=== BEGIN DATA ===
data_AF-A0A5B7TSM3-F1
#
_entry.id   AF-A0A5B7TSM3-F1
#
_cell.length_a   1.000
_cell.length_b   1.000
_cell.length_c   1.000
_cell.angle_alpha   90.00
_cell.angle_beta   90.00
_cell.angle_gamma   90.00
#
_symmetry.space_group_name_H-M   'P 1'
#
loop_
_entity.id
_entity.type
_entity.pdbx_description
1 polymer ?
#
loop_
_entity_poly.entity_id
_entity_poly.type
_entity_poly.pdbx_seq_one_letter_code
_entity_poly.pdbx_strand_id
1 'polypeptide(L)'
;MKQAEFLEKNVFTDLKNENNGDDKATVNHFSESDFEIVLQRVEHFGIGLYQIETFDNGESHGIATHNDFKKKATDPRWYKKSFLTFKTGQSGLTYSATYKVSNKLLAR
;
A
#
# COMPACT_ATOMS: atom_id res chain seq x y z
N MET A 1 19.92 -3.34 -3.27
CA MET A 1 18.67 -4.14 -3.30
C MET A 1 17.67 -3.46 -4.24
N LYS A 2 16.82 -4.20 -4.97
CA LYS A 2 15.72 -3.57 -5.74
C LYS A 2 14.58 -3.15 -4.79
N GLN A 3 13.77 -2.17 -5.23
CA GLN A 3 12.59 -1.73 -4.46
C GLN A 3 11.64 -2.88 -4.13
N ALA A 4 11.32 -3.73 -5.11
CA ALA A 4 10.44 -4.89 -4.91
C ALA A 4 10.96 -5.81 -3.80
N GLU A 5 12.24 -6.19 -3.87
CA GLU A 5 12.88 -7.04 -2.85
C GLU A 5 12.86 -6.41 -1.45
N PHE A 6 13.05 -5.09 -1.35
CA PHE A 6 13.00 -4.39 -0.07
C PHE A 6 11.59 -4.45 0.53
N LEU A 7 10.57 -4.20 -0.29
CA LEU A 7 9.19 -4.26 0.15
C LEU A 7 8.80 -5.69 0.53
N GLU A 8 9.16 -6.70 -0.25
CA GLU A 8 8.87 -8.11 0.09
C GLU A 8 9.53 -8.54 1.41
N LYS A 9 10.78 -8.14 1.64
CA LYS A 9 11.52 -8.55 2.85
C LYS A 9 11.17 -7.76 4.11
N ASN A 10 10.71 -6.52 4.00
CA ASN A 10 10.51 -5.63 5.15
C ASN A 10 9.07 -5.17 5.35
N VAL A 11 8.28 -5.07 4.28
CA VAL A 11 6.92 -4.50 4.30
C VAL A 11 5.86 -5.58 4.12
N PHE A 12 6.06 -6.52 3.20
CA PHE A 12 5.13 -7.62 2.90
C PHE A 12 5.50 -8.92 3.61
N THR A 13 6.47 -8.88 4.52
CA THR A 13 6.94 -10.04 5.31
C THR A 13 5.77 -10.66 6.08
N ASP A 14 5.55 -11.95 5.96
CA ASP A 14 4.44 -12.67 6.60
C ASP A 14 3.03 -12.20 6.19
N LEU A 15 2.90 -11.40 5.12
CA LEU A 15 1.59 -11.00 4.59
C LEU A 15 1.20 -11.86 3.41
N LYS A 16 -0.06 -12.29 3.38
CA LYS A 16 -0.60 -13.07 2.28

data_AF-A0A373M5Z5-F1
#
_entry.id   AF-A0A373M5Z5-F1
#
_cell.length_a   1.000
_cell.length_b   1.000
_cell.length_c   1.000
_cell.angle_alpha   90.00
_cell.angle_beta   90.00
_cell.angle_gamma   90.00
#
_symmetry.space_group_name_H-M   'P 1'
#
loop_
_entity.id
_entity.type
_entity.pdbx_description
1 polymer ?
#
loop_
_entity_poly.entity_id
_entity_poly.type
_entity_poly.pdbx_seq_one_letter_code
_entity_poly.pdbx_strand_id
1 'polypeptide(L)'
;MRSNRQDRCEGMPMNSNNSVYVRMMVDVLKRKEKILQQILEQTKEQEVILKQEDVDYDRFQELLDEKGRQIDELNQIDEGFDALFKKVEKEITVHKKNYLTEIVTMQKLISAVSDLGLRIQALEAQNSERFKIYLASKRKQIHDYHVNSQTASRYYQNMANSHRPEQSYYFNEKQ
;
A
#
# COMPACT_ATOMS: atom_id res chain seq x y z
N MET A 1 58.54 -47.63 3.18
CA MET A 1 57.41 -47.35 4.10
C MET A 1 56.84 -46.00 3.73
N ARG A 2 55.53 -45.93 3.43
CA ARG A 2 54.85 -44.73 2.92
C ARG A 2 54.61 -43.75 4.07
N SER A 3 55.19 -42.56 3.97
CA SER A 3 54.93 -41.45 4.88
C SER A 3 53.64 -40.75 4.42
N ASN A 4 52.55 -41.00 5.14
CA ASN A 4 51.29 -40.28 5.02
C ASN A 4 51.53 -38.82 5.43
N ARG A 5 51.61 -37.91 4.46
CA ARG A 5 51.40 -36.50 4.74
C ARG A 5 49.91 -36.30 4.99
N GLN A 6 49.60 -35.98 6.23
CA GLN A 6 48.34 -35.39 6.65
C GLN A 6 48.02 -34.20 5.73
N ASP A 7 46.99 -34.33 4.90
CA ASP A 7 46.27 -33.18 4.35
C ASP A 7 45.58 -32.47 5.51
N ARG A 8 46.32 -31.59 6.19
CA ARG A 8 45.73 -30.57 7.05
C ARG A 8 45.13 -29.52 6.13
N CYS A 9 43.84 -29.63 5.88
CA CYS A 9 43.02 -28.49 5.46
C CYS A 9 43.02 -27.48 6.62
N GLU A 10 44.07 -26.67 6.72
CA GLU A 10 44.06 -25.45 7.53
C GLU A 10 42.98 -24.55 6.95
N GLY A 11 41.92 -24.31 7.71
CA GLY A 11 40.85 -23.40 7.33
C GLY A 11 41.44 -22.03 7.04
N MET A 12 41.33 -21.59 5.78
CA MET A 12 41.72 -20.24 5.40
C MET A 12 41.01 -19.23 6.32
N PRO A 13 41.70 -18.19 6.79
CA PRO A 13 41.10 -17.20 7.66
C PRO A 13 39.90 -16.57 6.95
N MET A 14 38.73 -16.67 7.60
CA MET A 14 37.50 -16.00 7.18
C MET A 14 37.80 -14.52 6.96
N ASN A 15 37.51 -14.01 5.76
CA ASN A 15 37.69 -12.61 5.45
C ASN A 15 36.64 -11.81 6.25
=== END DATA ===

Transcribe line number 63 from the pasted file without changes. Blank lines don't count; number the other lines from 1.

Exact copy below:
C VAL A 11 5.86 -5.58 4.12